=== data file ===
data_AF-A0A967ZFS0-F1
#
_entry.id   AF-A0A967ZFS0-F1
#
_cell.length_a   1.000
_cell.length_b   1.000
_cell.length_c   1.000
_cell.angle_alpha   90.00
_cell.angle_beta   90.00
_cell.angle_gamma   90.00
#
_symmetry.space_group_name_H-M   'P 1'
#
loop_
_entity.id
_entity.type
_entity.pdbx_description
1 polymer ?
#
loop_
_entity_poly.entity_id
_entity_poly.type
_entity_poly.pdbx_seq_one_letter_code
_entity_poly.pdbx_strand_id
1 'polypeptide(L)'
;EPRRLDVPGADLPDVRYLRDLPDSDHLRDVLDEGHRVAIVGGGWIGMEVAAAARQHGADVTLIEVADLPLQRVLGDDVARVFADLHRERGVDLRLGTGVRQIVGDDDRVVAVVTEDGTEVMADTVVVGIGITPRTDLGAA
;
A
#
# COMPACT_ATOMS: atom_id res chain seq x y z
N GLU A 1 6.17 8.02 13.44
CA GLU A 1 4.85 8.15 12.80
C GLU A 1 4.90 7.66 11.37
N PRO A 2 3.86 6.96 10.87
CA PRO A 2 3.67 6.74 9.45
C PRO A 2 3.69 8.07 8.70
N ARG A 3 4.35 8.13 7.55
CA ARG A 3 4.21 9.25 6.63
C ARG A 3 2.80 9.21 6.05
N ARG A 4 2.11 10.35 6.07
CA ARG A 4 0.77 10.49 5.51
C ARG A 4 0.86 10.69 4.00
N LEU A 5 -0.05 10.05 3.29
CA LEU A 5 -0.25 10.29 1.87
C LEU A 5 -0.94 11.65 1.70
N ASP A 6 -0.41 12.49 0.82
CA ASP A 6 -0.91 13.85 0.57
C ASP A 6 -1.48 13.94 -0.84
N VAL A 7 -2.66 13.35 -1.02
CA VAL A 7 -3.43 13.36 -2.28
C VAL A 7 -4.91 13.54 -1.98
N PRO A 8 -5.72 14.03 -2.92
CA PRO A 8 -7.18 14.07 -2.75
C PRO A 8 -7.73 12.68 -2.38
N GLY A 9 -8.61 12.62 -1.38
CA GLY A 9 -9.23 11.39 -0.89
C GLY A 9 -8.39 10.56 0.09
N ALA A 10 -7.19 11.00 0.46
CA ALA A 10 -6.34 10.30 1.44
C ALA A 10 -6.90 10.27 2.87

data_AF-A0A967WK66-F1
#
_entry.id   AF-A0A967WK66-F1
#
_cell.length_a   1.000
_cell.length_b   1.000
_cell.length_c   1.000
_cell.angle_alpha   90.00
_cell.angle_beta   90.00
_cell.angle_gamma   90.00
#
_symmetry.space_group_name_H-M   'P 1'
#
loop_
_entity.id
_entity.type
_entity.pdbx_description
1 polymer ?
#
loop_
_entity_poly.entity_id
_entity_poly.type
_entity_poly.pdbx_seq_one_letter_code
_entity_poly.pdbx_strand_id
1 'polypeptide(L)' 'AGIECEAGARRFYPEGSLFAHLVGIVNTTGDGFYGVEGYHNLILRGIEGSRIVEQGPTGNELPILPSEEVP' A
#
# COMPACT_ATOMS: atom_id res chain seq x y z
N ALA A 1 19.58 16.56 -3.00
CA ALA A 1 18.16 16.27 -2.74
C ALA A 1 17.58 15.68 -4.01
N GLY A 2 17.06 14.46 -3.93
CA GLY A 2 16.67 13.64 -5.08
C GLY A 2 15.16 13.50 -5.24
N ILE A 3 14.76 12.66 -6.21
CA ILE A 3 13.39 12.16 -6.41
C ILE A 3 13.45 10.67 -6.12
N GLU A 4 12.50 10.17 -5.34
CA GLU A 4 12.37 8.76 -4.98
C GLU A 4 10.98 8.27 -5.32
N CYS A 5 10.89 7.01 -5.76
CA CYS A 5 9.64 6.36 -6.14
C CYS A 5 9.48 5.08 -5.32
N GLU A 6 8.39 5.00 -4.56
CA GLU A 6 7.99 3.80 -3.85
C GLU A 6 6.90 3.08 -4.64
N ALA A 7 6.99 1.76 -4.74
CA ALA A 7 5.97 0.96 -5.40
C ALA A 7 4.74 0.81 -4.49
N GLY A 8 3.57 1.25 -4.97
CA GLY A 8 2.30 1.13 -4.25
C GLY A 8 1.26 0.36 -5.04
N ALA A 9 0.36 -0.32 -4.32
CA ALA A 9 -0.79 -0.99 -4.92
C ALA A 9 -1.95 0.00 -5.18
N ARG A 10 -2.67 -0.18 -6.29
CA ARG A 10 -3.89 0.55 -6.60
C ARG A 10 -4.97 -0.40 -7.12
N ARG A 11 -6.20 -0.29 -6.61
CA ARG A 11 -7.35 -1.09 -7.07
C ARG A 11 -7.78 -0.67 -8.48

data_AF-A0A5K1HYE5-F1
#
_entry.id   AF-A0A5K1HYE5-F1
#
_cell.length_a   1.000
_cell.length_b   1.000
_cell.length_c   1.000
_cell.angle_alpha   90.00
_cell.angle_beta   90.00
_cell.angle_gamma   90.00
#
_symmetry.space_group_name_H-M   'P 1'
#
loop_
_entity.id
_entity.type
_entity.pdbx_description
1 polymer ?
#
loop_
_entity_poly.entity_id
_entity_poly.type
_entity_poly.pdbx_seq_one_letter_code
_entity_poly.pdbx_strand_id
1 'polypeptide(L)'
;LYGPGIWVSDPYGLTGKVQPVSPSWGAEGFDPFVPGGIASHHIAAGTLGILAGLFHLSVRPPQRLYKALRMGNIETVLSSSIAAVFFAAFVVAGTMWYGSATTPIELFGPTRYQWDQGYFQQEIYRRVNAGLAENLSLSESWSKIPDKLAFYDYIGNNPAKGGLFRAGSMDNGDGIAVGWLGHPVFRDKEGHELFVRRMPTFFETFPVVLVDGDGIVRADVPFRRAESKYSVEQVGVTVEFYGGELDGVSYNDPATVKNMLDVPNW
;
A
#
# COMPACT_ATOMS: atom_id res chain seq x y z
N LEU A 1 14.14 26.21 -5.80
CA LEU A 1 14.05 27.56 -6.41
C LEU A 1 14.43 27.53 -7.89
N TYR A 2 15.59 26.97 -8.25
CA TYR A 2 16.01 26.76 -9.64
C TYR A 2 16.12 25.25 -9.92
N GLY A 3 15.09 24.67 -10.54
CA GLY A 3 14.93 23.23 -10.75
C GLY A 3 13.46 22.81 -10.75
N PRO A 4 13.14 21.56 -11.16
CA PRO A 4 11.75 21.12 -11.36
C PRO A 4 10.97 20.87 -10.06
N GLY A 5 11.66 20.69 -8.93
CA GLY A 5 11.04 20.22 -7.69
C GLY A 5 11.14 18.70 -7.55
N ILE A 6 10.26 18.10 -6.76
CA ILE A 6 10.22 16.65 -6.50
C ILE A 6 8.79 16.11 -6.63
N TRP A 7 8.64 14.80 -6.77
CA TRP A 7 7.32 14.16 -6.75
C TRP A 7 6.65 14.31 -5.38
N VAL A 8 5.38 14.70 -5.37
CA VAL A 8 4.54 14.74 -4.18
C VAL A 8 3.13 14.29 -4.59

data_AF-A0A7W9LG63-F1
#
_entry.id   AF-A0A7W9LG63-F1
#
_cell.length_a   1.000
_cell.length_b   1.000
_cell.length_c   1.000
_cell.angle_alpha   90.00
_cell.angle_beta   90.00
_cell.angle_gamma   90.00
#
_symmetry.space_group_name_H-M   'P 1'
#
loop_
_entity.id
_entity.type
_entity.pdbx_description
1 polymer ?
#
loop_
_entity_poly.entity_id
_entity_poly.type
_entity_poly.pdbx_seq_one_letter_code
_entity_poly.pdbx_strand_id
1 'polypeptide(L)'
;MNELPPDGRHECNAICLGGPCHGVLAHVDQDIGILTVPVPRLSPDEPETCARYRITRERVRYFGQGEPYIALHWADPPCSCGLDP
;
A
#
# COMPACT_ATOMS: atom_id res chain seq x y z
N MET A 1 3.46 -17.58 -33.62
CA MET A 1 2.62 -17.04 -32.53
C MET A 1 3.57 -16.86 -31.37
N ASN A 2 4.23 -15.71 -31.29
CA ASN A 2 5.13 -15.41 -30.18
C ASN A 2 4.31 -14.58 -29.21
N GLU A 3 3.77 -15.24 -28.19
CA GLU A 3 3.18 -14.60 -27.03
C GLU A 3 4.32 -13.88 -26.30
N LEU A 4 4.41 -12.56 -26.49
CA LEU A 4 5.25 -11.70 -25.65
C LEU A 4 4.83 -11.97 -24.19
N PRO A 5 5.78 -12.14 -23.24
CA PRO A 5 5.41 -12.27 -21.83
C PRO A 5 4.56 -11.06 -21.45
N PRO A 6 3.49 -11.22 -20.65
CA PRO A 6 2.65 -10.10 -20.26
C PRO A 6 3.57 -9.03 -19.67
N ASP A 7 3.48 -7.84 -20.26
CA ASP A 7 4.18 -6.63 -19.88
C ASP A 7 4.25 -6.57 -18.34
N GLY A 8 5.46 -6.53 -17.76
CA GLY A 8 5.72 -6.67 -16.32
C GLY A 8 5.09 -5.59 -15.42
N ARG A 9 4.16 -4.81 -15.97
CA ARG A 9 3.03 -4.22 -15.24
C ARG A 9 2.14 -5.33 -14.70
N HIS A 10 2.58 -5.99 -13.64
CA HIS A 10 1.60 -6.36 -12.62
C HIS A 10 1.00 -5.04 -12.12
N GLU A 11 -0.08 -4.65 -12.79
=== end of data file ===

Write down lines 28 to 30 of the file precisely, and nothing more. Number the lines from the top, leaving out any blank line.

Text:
A
#
# COMPACT_ATOMS: atom_id res chain seq x y z